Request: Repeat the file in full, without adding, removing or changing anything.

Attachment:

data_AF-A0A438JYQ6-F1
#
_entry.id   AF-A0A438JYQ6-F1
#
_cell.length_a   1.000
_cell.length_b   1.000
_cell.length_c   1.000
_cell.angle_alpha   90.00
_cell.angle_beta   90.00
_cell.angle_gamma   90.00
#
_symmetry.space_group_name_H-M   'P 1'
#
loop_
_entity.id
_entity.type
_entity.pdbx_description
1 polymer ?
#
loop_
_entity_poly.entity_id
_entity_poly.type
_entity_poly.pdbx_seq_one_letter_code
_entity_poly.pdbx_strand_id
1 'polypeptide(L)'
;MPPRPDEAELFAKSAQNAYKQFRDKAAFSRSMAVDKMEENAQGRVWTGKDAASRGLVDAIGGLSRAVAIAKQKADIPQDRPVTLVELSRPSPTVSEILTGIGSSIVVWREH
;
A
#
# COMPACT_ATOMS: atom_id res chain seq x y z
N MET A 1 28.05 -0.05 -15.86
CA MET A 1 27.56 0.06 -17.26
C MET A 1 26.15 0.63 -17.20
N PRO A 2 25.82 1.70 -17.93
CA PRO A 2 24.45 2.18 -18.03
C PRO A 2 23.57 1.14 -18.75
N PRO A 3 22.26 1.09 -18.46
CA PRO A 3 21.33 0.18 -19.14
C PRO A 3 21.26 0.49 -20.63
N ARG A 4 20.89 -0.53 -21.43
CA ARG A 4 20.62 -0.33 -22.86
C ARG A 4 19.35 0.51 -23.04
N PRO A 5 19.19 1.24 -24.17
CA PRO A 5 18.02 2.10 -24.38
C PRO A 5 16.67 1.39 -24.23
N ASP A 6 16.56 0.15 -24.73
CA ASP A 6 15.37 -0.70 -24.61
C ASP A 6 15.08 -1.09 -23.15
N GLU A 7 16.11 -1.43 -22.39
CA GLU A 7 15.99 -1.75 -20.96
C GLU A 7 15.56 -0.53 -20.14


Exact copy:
data_AF-A0A438JYQ6-F1
#
_entry.id   AF-A0A438JYQ6-F1
#
_cell.length_a   1.000
_cell.length_b   1.000
_cell.length_c   1.000
_cell.angle_alpha   90.00
_cell.angle_beta   90.00
_cell.angle_gamma   90.00
#
_symmetry.space_group_name_H-M   'P 1'
#
loop_
_entity.id
_entity.type
_entity.pdbx_description
1 polymer ?
#
loop_
_entity_poly.entity_id
_entity_poly.type
_entity_poly.pdbx_seq_one_letter_code
_entity_poly.pdbx_strand_id
1 'polypeptide(L)'
;MPPRPDEAELFAKSAQNAYKQFRDKAAFSRSMAVDKMEENAQGRVWTGKDAASRGLVDAIGGLSRAVAIAKQKADIPQDRPVTLVELSRPSPTVSEILTGIGSSIVVWREH
;
A
#
# COMPACT_ATOMS: atom_id res chain seq x y z
N MET A 1 28.05 -0.05 -15.86
CA MET A 1 27.56 0.06 -17.26
C MET A 1 26.15 0.63 -17.20
N PRO A 2 25.82 1.70 -17.93
CA PRO A 2 24.45 2.18 -18.03
C PRO A 2 23.57 1.14 -18.75
N PRO A 3 22.26 1.09 -18.46
CA PRO A 3 21.33 0.18 -19.14
C PRO A 3 21.26 0.49 -20.63
N ARG A 4 20.89 -0.53 -21.43
CA ARG A 4 20.62 -0.33 -22.86
C ARG A 4 19.35 0.51 -23.04
N PRO A 5 19.19 1.24 -24.17
CA PRO A 5 18.02 2.10 -24.38
C PRO A 5 16.67 1.39 -24.23
N ASP A 6 16.56 0.15 -24.73
CA ASP A 6 15.37 -0.70 -24.61
C ASP A 6 15.08 -1.09 -23.15
N GLU A 7 16.11 -1.43 -22.39
CA GLU A 7 15.99 -1.75 -20.96
C GLU A 7 15.56 -0.53 -20.14